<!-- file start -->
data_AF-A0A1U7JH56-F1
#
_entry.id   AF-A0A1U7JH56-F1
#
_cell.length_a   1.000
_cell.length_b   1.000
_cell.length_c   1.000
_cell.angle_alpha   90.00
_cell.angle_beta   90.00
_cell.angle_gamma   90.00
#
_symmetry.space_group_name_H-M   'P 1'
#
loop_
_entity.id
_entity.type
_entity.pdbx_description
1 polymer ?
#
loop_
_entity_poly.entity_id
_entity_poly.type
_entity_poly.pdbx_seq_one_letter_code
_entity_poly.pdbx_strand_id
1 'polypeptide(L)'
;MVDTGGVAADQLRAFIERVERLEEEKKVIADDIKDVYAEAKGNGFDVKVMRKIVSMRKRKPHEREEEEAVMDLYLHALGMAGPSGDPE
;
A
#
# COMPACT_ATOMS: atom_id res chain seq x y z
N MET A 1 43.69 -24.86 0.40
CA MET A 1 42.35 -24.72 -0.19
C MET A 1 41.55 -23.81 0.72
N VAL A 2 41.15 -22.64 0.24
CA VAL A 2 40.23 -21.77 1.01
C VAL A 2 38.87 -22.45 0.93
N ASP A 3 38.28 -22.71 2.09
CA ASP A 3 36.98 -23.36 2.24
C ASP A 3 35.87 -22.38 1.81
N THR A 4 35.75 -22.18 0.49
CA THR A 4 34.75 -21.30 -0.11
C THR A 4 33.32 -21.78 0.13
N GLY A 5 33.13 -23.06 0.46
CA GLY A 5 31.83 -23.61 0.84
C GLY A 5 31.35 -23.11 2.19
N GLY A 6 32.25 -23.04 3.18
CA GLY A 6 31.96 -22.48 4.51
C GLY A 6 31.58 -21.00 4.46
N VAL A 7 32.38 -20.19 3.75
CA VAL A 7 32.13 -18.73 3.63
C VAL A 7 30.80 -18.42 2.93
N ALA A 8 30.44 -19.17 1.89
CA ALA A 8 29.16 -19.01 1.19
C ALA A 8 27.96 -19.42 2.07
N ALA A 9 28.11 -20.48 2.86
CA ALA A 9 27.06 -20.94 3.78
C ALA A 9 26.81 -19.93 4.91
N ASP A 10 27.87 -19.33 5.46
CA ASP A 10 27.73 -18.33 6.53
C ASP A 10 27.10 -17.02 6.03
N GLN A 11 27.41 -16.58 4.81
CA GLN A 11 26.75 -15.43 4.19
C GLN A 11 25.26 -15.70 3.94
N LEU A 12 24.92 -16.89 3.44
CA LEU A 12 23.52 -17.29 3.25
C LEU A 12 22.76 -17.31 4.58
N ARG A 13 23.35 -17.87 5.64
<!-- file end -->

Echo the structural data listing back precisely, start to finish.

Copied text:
data_AF-A0A1U7JH56-F1
#
_entry.id   AF-A0A1U7JH56-F1
#
_cell.length_a   1.000
_cell.length_b   1.000
_cell.length_c   1.000
_cell.angle_alpha   90.00
_cell.angle_beta   90.00
_cell.angle_gamma   90.00
#
_symmetry.space_group_name_H-M   'P 1'
#
loop_
_entity.id
_entity.type
_entity.pdbx_description
1 polymer ?
#
loop_
_entity_poly.entity_id
_entity_poly.type
_entity_poly.pdbx_seq_one_letter_code
_entity_poly.pdbx_strand_id
1 'polypeptide(L)'
;MVDTGGVAADQLRAFIERVERLEEEKKVIADDIKDVYAEAKGNGFDVKVMRKIVSMRKRKPHEREEEEAVMDLYLHALGMAGPSGDPE
;
A
#
# COMPACT_ATOMS: atom_id res chain seq x y z
N MET A 1 43.69 -24.86 0.40
CA MET A 1 42.35 -24.72 -0.19
C MET A 1 41.55 -23.81 0.72
N VAL A 2 41.15 -22.64 0.24
CA VAL A 2 40.23 -21.77 1.01
C VAL A 2 38.87 -22.45 0.93
N ASP A 3 38.28 -22.71 2.09
CA ASP A 3 36.98 -23.36 2.24
C ASP A 3 35.87 -22.38 1.81
N THR A 4 35.75 -22.18 0.49
CA THR A 4 34.75 -21.30 -0.11
C THR A 4 33.32 -21.78 0.13
N GLY A 5 33.13 -23.06 0.46
CA GLY A 5 31.83 -23.61 0.84
C GLY A 5 31.35 -23.11 2.19
N GLY A 6 32.25 -23.04 3.18
CA GLY A 6 31.96 -22.48 4.51
C GLY A 6 31.58 -21.00 4.46
N VAL A 7 32.38 -20.19 3.75
CA VAL A 7 32.13 -18.73 3.63
C VAL A 7 30.80 -18.42 2.93
N ALA A 8 30.44 -19.17 1.89
CA ALA A 8 29.16 -19.01 1.19
C ALA A 8 27.96 -19.42 2.07
N ALA A 9 28.11 -20.48 2.86
CA ALA A 9 27.06 -20.94 3.78
C ALA A 9 26.81 -19.93 4.91
N ASP A 10 27.87 -19.33 5.46
CA ASP A 10 27.73 -18.33 6.53
C ASP A 10 27.10 -17.02 6.03
N GLN A 11 27.41 -16.58 4.81
CA GLN A 11 26.75 -15.43 4.19
C GLN A 11 25.26 -15.70 3.94
N LEU A 12 24.92 -16.89 3.44
CA LEU A 12 23.52 -17.29 3.25
C LEU A 12 22.76 -17.31 4.58
N ARG A 13 23.35 -17.87 5.64